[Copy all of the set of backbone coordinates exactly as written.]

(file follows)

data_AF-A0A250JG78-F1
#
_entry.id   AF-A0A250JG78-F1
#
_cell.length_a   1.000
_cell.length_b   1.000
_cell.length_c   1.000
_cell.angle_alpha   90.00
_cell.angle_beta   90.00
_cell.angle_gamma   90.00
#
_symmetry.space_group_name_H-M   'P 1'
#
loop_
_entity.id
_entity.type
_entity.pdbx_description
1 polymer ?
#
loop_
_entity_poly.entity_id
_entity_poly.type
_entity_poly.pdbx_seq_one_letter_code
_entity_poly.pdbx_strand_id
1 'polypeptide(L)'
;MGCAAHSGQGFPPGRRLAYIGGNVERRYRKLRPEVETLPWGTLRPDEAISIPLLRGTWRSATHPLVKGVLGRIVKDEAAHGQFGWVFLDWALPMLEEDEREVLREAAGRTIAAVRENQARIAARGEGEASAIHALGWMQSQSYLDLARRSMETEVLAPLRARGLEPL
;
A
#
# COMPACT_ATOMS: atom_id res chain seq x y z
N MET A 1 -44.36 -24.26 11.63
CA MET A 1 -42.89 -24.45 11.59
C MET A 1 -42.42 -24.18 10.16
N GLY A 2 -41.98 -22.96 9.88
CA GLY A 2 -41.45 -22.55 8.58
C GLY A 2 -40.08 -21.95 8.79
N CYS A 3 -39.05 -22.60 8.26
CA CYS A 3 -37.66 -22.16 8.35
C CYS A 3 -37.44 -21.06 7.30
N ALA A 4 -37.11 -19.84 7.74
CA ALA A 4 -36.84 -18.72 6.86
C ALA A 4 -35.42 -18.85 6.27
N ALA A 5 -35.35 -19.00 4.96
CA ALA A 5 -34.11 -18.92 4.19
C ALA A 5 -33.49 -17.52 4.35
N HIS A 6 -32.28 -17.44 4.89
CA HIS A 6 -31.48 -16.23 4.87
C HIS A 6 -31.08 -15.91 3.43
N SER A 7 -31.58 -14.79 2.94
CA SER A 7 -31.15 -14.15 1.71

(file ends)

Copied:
data_AF-A0A250JG78-F1
#
_entry.id   AF-A0A250JG78-F1
#
_cell.length_a   1.000
_cell.length_b   1.000
_cell.length_c   1.000
_cell.angle_alpha   90.00
_cell.angle_beta   90.00
_cell.angle_gamma   90.00
#
_symmetry.space_group_name_H-M   'P 1'
#
loop_
_entity.id
_entity.type
_entity.pdbx_description
1 polymer ?
#
loop_
_entity_poly.entity_id
_entity_poly.type
_entity_poly.pdbx_seq_one_letter_code
_entity_poly.pdbx_strand_id
1 'polypeptide(L)'
;MGCAAHSGQGFPPGRRLAYIGGNVERRYRKLRPEVETLPWGTLRPDEAISIPLLRGTWRSATHPLVKGVLGRIVKDEAAHGQFGWVFLDWALPMLEEDEREVLREAAGRTIAAVRENQARIAARGEGEASAIHALGWMQSQSYLDLARRSMETEVLAPLRARGLEPL
;
A
#
# COMPACT_ATOMS: atom_id res chain seq x y z
N MET A 1 -44.36 -24.26 11.63
CA MET A 1 -42.89 -24.45 11.59
C MET A 1 -42.42 -24.18 10.16
N GLY A 2 -41.98 -22.96 9.88
CA GLY A 2 -41.45 -22.55 8.58
C GLY A 2 -40.08 -21.95 8.79
N CYS A 3 -39.05 -22.60 8.26
CA CYS A 3 -37.66 -22.16 8.35
C CYS A 3 -37.44 -21.06 7.30
N ALA A 4 -37.11 -19.84 7.74
CA ALA A 4 -36.84 -18.72 6.86
C ALA A 4 -35.42 -18.85 6.27
N ALA A 5 -35.35 -19.00 4.96
CA ALA A 5 -34.11 -18.92 4.19
C ALA A 5 -33.49 -17.52 4.35
N HIS A 6 -32.28 -17.44 4.89
CA HIS A 6 -31.48 -16.23 4.87
C HIS A 6 -31.08 -15.91 3.43
N SER A 7 -31.58 -14.79 2.94
CA SER A 7 -31.15 -14.15 1.71